By Declan Clark | English with History, Stage 1
We lie on a mattress on the floor, him with his head on my left arm as I read a story. The soft duvet is pulled up to our chins. There was envy and anger here once but tonight I feel calm.
I’ve wet the bed and walk through to the big bedroom and climb in next to him, it’s a hot night and his pyjamas and sheets are sticky, my arms fix to him like Velcro as we cuddle.
On the beach we play king of the castle on the rocks that jut out of the sea, the tide meets them and only the peaks are safe. I proclaim that I’m King Arthur and no one can challenge me to the top.
In the morning we walk along the cliffs, the land is bare and beautiful. The sun breaks through mist and falls upon low thorn bushes and heather. The cold air burns my lungs and we climb an abandoned tower. Pretty plants with drooping red curtains litter the side of the path. I’m told foxgloves are poisonous. I ask what would happen if I touched one and then put my hands to my lips, would I die? I move him out of the way.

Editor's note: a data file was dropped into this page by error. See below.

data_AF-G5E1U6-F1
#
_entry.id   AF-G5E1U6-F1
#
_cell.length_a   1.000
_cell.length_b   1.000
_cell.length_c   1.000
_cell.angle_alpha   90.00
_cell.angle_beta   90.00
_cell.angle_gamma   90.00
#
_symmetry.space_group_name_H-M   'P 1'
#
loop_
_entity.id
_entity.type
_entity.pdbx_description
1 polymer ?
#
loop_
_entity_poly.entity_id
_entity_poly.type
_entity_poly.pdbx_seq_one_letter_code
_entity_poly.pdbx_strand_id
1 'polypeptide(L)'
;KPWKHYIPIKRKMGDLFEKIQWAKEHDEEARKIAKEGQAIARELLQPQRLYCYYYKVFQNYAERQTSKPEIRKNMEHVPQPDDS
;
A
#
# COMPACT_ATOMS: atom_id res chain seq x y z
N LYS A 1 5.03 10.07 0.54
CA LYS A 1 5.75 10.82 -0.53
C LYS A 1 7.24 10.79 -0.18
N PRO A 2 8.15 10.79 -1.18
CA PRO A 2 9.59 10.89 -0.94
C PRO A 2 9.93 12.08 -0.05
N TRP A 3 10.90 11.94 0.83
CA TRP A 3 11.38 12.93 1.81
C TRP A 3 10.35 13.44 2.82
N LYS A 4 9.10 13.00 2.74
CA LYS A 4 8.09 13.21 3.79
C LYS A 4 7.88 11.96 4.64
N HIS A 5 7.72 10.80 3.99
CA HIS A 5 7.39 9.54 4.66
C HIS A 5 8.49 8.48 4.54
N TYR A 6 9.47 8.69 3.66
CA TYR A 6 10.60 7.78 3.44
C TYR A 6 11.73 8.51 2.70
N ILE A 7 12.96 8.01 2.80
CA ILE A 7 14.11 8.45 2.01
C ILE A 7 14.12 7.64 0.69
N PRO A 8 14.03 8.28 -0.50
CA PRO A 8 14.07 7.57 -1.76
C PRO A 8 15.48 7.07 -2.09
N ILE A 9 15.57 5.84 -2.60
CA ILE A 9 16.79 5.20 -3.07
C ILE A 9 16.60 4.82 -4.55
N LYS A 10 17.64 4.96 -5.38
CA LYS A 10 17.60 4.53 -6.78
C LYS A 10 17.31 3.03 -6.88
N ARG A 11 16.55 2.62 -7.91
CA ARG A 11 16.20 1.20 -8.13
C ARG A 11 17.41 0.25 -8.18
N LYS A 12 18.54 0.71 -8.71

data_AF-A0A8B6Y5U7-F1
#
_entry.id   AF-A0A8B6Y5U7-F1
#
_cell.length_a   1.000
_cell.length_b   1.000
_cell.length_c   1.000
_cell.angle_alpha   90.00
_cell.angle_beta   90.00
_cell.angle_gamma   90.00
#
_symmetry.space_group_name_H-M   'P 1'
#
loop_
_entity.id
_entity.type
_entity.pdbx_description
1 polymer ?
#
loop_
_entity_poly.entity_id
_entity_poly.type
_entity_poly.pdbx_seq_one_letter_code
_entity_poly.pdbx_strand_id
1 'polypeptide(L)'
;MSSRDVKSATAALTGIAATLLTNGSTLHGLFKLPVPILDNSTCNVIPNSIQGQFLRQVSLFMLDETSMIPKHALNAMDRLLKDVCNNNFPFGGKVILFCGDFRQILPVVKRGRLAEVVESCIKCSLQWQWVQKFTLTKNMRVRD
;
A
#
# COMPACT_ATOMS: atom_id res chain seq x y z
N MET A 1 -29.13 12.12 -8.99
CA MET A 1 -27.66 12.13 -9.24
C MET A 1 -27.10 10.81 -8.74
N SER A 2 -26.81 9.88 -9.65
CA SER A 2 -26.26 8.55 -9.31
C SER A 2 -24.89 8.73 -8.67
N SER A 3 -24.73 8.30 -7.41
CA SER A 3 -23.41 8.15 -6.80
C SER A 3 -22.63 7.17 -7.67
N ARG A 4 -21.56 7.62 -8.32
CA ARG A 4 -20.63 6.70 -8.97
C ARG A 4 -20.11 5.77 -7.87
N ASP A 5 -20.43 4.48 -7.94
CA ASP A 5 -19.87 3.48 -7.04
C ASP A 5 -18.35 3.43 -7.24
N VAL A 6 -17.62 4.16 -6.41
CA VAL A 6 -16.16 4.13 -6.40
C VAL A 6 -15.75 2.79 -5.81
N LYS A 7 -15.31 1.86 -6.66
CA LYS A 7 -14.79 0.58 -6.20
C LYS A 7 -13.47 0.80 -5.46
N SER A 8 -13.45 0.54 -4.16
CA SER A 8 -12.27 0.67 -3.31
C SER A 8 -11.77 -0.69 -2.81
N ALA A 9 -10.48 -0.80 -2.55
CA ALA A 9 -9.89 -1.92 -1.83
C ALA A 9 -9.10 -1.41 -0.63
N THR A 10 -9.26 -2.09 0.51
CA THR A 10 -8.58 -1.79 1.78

Later, we walk along a different cliff, this time a long beach stretches out from the steep descending rock. The sand reflects the sunlight and glitters like diamonds, blinding us. I pull him away from the side and walk down the meandering, twisting path.
Driving to Cornwall, the Pixies are playing on the stereo, making everything bright and colourful. I tell Mum that when I’m older I’ll move to a big city and be a writer or an artist, or an actor or something. I want to do something great and interesting, all by myself. He’s sat quietly in the back, I ask what he wants to be when he grows up, and he says he’s going to live with Mummy forever. I laugh, he’ll soon grow out of that, see the hell in it.
We’re playing king of the castle on the rocks by water. I don’t pay much attention. There’s a few of us, the older ones playing on the top, we’re the kings. He’s too small to climb the pillars on his own, I laugh and thumb my nose.
A wave is angry, it smashes against the rock. I look down but am shocked to see him standing six feet above me. He’s still holding out his hand. The wave pulls back into the ocean and falls behind its comrades. I can hear his shout on the wind.
I can’t move, I’m panicking. Calling for him. I swear I see a little beige body fly between waves in the distance. The sun is so beautiful against the water, the sea looks like another world, chopping and churning in the wind.